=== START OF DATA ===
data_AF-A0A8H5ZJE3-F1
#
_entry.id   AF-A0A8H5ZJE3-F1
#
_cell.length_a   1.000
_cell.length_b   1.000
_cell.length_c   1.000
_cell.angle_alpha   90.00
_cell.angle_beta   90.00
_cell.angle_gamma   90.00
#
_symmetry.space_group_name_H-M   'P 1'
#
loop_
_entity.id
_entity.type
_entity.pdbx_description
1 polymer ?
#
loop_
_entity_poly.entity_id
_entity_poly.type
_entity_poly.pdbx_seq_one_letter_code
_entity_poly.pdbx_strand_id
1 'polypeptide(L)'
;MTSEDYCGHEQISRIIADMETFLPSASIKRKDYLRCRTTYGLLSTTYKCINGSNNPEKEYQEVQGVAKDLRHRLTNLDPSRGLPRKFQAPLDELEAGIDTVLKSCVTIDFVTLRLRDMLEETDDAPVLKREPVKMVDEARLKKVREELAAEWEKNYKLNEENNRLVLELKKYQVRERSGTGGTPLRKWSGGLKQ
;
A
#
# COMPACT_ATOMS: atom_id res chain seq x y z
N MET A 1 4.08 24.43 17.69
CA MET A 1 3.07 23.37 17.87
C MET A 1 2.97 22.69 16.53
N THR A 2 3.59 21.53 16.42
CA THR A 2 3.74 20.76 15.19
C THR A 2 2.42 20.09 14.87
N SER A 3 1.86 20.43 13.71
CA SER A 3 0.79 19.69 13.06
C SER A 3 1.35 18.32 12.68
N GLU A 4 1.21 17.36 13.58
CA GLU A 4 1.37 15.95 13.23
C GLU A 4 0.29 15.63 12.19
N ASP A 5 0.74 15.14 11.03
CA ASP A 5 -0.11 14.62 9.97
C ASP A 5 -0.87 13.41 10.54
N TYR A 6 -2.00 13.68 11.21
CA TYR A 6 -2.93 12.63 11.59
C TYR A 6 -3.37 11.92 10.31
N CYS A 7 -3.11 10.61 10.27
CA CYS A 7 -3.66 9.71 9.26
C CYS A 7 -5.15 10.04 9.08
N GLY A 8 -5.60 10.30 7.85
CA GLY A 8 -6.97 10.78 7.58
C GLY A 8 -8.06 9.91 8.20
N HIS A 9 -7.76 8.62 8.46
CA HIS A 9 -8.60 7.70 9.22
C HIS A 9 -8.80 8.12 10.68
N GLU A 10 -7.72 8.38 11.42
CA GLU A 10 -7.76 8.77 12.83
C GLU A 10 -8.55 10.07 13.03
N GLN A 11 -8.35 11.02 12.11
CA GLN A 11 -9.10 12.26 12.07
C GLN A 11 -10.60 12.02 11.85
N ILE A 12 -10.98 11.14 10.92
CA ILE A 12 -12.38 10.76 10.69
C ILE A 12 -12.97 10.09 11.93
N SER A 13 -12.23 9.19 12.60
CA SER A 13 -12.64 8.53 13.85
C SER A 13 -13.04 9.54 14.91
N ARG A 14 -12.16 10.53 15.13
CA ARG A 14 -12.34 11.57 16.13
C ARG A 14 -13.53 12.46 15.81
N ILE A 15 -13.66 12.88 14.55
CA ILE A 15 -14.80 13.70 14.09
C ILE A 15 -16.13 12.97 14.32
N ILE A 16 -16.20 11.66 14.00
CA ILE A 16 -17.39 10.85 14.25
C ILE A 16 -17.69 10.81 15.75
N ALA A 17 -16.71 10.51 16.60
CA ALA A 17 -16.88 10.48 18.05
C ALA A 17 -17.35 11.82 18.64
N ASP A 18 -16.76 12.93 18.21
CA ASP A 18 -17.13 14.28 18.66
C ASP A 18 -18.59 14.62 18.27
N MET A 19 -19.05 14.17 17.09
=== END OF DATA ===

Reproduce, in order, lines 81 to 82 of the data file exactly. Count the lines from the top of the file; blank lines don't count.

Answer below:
C ALA A 17 -17.35 11.82 18.64
N ASP A 18 -16.76 12.93 18.21